Commenting Guidelines

Over the years Huzzahnians have worked hard to develop the skills and attitudes that help build global connections through commenting. This year, 2011-2012, Huzzahnians are sharing their thoughts on commenting in a slideshow. What have we missed? Scroll down below the slideshow to read the excellent advice of past students.

Guidelines written by the 2010-11 bloggers of Huzzah!

The purpose of commenting is to connect. We comment a lot: on YouTube videos, on blogs, and face to face–pretty much, we comment all the time. We comment to learn, sometimes from people on the other side of the world. We comment to express our opinions about what has been written. We comment to connect, and to connect we tell stories, use humour, and share our thinking. Remember, you are trying to engage the blogger in a conversation! A good comment can be the beginning of a good blogging relationship. Here is our advice on quality commenting:

Think about your digital privacy:

  • Use your first name only to identify yourself.
  • Leave off your home email, your street address, phone number, or school name.
  • Don’t share specifics of your daily routines that involve time and location (ie where & when your soccer practice is)

Think about the tone of your comment:

  • Be polite, friendly, and encouraging.
  • Have some humour, but be careful with sarcasm.
  • If you disagree, don’t be rude about it; give constructive (helpful) feedback.

Think about the content of your comment:

  • Keep your comment on topic and make sense. Say something about the original post.
  • Don’t say random stuff or get really silly.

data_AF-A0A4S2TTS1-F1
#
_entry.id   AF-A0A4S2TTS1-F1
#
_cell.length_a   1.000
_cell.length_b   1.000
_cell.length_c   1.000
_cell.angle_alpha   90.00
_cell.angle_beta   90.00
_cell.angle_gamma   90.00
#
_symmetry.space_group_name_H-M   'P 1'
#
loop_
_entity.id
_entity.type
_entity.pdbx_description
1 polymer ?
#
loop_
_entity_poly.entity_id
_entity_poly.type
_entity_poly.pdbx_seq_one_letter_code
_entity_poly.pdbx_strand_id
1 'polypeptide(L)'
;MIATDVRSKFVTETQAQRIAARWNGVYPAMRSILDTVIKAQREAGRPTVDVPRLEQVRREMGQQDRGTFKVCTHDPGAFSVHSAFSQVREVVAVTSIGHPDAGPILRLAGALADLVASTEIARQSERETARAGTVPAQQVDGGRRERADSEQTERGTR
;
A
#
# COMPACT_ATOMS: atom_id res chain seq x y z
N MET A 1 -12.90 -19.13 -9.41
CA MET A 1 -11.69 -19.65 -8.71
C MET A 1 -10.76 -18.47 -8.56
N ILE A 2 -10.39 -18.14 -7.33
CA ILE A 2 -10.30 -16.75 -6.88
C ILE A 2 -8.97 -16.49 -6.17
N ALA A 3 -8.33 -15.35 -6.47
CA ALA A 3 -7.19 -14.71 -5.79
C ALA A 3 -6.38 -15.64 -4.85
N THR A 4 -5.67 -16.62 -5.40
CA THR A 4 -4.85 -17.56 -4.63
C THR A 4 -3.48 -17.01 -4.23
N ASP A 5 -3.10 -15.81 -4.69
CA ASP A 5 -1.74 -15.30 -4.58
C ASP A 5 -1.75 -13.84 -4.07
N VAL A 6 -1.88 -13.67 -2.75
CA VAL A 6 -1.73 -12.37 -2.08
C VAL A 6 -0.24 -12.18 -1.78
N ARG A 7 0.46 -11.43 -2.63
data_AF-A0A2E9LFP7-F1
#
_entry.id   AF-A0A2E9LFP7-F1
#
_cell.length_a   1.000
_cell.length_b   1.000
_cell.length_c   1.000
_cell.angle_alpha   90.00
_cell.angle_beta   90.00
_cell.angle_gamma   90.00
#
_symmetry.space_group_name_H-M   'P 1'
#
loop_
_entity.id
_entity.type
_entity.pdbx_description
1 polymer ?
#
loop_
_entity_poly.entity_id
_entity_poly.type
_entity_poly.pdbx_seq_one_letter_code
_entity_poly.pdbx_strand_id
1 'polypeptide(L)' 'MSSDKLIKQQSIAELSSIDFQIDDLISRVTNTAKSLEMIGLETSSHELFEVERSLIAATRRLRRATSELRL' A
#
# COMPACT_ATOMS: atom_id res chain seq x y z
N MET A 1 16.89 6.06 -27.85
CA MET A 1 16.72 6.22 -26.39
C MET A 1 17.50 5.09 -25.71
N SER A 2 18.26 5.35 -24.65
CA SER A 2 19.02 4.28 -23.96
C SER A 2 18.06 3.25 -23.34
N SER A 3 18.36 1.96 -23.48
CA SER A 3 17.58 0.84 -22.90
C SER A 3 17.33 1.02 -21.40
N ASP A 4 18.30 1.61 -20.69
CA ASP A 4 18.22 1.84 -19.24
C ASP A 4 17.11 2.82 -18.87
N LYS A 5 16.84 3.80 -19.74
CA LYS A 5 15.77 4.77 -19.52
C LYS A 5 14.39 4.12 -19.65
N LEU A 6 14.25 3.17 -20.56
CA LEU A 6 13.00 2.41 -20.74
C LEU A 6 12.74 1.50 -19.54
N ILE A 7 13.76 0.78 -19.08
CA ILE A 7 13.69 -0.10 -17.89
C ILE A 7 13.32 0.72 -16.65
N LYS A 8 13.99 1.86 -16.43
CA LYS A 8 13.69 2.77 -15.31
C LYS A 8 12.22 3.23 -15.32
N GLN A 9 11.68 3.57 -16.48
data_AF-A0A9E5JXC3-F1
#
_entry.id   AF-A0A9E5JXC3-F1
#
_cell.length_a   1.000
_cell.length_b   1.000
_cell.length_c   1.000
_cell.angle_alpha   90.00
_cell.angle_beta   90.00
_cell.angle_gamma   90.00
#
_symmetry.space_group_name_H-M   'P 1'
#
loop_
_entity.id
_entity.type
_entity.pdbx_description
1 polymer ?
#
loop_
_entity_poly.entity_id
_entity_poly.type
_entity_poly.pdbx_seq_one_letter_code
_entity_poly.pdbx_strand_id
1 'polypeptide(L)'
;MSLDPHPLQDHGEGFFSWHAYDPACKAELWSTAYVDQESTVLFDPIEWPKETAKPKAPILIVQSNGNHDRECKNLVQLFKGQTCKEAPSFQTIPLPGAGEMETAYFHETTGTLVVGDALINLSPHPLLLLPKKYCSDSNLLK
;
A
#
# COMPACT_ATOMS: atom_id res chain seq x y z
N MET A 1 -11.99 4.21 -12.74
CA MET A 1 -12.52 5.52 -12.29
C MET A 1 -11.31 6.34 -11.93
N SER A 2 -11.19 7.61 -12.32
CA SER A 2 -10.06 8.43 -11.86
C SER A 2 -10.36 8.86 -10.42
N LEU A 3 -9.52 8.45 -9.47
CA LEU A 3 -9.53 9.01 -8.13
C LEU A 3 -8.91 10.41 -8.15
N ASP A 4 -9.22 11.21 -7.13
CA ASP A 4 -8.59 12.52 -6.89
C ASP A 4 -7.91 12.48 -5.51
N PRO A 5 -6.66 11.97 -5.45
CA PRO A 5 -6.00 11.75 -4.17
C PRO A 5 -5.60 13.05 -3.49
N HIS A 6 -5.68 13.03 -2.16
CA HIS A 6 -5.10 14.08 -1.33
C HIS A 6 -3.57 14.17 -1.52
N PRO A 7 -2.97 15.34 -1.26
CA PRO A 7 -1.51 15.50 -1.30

• Be more formal than you would in real life, but not stuffy.
  • Avoid texting shortcuts like u for you and l8r for later, and only use one emoticon if you need to.
  • Sometimes add a question at the end to keep the conversation going.
  • Include your blog url (address) so the blogger knows where to find you.

Think about conventions of your comment:

  • Try to fix your spelling mistakes: use Firefox for drafting your  comments.
  • Use capitals in the right places: people’s names, places, the beginning of a sentence, and on “I” –no evil i’s. All capitals is like yelling.
  • Punctuate properly: period at the end of a sentence, space after a period, comma, or end bracket. One “!” will do: you don’t need a string of exclamation marks.
  • Remember, you are putting your best self forward, so polish your comments.
These commenting guidelines were written in early October of 2010. Want more inspiration and guidance for commenting? Check out this post from the Student Blogging Challenge. Time to pump up those mad commenting skilz!

***

Guidelines written by the 2009-2010 bloggers of Huzzah!

Blogging is about reading, thinking, and responding.

Getting a comment can be like receiving a  little bouquet in your mailbox: a treat for the senses.  Division 4 has been taking a lot of time to read posts and write thoughtful comments. Students brainstormed, discussed,  and determined that the points below are important to keep in mind when commenting on blogs.

Guidelines

  • Make your comment worth reading.
  • Start a conversation.
  • Be positive, interested, and encouraging.
  • If you disagree, be polite about it.
  • Connect with the post: be on topic.
  • Re-read your comment before you hit submit–think before you send!
  • Aim for correct spelling, punctuation, and grammar.
  • Don’t use chat or texting language like lol, i, or u.
  • No “Hi! Visit my blog! Bye!” comments. Be thoughtful.
  • Include your blog url so people can comment back, and use our gmail address, not student webmail.